Die Zeit in Jerusalem / An seiner neuen Wirkungsstätte gründete er ein historisches Institut, dessen Leitung er übernahm. Nachdem er britischer Staatsbürger geworden war, konnte er noch einige Male nach Deutschland reisen und dort begonnene Studien fortsetzen. Richard Koebner gehörte zu den Intellektuellen und Künstlern, die der jüdische „Kaufhauskönig” Salman Schocken – 1934 von Berlin nach Jerusalem emigriert – um sich scharte. Zu diesem Kreis zählten der Historiker Hans Kohn und die Philosophen Hans Jonas und Leo Strauss; auch der Architekt Erich Mendelsohn und die Schriftstellerin Else Lasker-Schüler bereicherten das gesellschaftliche Leben deutscher Juden in der Emigration. Koebner schuf durch sein Wirken die Grundlagen der israelischen Geschichtswissenschaft. Zur Erinnerung an ihn wurde 1980 das „Richard-Koebner-Zentrum für Deutsche Geschichte” an der Universität Jerusalem gegründet. Seit 1986 ist Moshe Zimmermann Direktor dieses Zentrums. 1954 emeritierte Koebner und zog nach London, wo er seine letzten Lebensjahre verbrachte. Ein Jahr vor seinem Tode erschien in Berlin in deutscher Sprache sein Werk Vom Schönen und seiner Wahrheit. Eine Analyse ästhetischer Erlebnisse, das er zusammen mit seiner Ehefrau Gertrud verfasst hatte.
Werke Werke von Richard Koebner im Katalog der Deutschen Nationalbibliothek / Deutsches Recht und deutsche Kolonisation in den Piastenländern, in: Vierteljahrschrift für Sozial- und Wirtschaftsgeschichte (VSWG) 25 / 1932, S. 313-52 / Locatio. Zur Begriffssprache und Geschichte der deutschen Kolonisation, in: Zeitschrift des Vereins für Geschichte (ZVG) Schlesien 63 / 1929, S. 1-32 / Hermann Reincke-Bloch, in: ZVG Schlesien 63 / 1929, S. 343-349 / Das Problem der slawischen Burgsiedlung und die Oppelner Ausgrabungen, in: ZVG Schlesien 65 / 1931, S. 91-120 / Despot and Despotism: Vicissitudes of a Political Term, in: Journal of the Warburg and Courtauld Institutes 14 / 1951, S. 275-302. / Empire, New York 1961 / Imperialism: the story and significance of a word, 1840-1960, Cambridge 1964 http://de.wikipedia.org/wiki/Richard_Koebner
History of European Ideas : Jacob Talmon between Zionism and Cold … “His mentor, Richard Koebner (1885–1958), professor of history at the University of Breslau, a highly acculturated Prussian Jew, arrived a year later, …” linkinghub.elsevier.com/retrieve/pii/S0191659907000794 Imperialism: History of a Political Word “19 Feb 2006 … It is primarily the work of historian Richard Koebner, however he did not complete it before he died and it was ultimately compiled by …” troy.gnn.tv/blogs/13111/Imperialism_History_of_a_Political_Word?r=5 Joshua Prawer – Wikipedia, the free encyclopedia “5 Jun 2007 … His professor, Richard Koebner, an Anglophile historian of imperialism, set him on the course of studying the crusader colonies in the Holy …” en.wikipedia.org/wiki/Joshua_Prawer Refugee Historians and the German Historical Profession between … “College, New York); Richard Koebner (Professor, Breslau/Jerusalem); Hajo Holborn. (Privatdozent. Heidelberg/Yale); Ernst Kantoro- …” www.historicum.net/fileadmin/sxw/Lehren_Lernen/Schulze/Refugee_Historians.pdf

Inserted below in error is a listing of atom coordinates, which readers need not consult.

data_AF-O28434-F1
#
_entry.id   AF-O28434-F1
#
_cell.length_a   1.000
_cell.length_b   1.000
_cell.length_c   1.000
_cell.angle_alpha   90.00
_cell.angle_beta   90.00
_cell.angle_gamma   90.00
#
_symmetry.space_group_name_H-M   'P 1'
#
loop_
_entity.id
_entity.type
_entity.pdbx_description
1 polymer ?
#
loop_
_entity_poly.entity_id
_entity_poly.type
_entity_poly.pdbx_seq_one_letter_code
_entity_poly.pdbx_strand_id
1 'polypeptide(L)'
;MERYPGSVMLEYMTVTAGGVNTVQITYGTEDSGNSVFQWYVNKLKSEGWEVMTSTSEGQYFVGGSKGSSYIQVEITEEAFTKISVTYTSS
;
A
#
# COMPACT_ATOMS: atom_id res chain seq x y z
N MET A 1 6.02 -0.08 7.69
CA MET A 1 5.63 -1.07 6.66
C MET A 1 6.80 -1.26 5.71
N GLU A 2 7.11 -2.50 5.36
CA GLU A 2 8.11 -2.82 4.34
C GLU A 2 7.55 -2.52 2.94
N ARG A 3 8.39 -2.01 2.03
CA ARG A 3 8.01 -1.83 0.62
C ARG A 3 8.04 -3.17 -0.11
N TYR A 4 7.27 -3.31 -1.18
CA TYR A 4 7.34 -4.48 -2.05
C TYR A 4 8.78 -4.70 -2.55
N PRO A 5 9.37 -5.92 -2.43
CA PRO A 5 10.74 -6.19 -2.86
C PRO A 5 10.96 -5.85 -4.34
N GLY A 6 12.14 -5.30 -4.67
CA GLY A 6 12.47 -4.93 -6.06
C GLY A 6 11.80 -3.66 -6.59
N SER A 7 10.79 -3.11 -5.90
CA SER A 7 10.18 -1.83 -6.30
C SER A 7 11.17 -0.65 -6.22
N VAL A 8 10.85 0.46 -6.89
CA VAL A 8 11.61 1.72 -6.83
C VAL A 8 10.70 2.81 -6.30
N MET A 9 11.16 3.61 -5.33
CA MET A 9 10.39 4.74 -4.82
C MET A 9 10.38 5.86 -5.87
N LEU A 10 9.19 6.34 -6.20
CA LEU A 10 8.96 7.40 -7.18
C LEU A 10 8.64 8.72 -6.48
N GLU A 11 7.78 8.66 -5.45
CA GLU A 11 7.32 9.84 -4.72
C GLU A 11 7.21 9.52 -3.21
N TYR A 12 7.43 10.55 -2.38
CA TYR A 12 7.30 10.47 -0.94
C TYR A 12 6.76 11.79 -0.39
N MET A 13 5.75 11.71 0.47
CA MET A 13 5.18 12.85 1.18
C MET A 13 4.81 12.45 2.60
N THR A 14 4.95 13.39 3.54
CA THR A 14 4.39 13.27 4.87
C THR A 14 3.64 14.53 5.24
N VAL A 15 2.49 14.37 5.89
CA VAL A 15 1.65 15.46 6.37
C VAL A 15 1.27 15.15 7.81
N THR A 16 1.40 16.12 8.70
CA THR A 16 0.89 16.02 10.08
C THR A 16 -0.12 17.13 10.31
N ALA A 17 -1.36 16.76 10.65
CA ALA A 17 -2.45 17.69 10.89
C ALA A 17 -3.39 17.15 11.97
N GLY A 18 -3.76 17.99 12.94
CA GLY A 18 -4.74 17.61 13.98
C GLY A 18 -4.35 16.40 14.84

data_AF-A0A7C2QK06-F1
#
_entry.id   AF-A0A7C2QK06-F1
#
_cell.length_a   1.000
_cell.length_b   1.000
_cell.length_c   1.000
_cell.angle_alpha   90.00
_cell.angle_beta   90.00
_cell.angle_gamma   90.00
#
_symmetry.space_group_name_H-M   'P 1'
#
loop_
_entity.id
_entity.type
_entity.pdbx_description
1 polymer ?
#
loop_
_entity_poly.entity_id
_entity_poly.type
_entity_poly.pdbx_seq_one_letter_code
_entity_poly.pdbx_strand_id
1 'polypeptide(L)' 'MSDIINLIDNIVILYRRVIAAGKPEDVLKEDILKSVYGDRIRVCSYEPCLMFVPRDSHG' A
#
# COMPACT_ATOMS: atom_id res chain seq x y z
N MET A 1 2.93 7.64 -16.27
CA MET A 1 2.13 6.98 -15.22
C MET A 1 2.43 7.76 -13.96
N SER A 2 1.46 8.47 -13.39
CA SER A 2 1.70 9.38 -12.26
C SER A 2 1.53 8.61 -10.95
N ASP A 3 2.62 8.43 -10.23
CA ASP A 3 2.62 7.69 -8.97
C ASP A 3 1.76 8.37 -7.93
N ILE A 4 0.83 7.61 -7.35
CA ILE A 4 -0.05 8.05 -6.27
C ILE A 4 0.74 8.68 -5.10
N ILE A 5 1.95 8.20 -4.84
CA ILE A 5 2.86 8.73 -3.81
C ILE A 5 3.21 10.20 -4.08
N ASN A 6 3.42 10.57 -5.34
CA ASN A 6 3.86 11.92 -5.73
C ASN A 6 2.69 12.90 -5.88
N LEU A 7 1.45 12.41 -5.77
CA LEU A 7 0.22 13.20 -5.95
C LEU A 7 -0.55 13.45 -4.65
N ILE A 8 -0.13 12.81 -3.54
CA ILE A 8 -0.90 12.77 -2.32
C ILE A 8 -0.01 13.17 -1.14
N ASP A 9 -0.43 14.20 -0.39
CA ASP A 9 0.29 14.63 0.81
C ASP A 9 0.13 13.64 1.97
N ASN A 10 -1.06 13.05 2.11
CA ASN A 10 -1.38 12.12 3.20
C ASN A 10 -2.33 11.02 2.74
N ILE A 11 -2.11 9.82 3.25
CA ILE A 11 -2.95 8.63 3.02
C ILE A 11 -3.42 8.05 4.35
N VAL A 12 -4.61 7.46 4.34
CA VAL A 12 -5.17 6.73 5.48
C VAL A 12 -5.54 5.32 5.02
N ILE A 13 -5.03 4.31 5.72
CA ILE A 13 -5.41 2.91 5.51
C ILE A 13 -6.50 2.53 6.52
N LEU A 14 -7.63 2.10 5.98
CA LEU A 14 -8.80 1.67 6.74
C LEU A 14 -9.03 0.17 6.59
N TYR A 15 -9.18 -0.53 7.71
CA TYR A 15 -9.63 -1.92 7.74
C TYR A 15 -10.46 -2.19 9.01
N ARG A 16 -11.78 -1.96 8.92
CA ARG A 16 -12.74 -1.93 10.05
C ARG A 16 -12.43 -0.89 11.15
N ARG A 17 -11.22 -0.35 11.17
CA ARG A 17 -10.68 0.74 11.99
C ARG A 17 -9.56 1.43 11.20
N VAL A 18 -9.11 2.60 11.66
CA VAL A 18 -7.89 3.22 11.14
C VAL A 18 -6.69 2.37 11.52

143.) Kopal, Zdenek (1937-1944) Mass Inst. of Technology / Astronomy
Zdenek Kopal (born on 4 April 1914 in Litomyšl, Czechoslovakia; died on 23 June 1993) was a Czech-born astronomer who directed an international project, financed by the U.S. Air Force, to photograph and map the entire surface of the Moon by using the refracting telescope at the Pic du Midi Observatory in southern France.
Zdeněk Kopal (Czech pronunciation: [ˈzdɛɲɛk ˈkopal]; April 4, 1914 – June 23, 1993) was a Czech astronomer who mainly worked in England. / Kopal was born and grew up in Litomyšl (Czechoslovakia, now Czech Republic). In his early astronomical career, he studied variable stars and in particular close eclipsing binary stars. He attended Cambridge University and later went to Harvard College Observatory not too long before the outbreak of World War II. After the war he became head of the astronomy department at the University of Manchester. He later assisted NASA with the Apollo program as an external expert. / He was Editor-in-Chief of the journal Astrophysics and Space Science since its foundation in 1968 until his death in 1993. / The asteroid 2628 Kopal was named in his honour. http://en.wikipedia.org/wiki/Zden%C4%9Bk_Kopal
Obituary: Professor Zdenek Kopal / F. D. KAHN Saturday, 26 June 1993
Zdenek Kopal, astronomer: born Litomysl 4 April 1914; Professor of Astronomy, Manchester University 1951-81, (Emeritus) 1981-93; married 1938 Alena Muldner (three daughters); died Wilmslow, Cheshire 23 June 1993.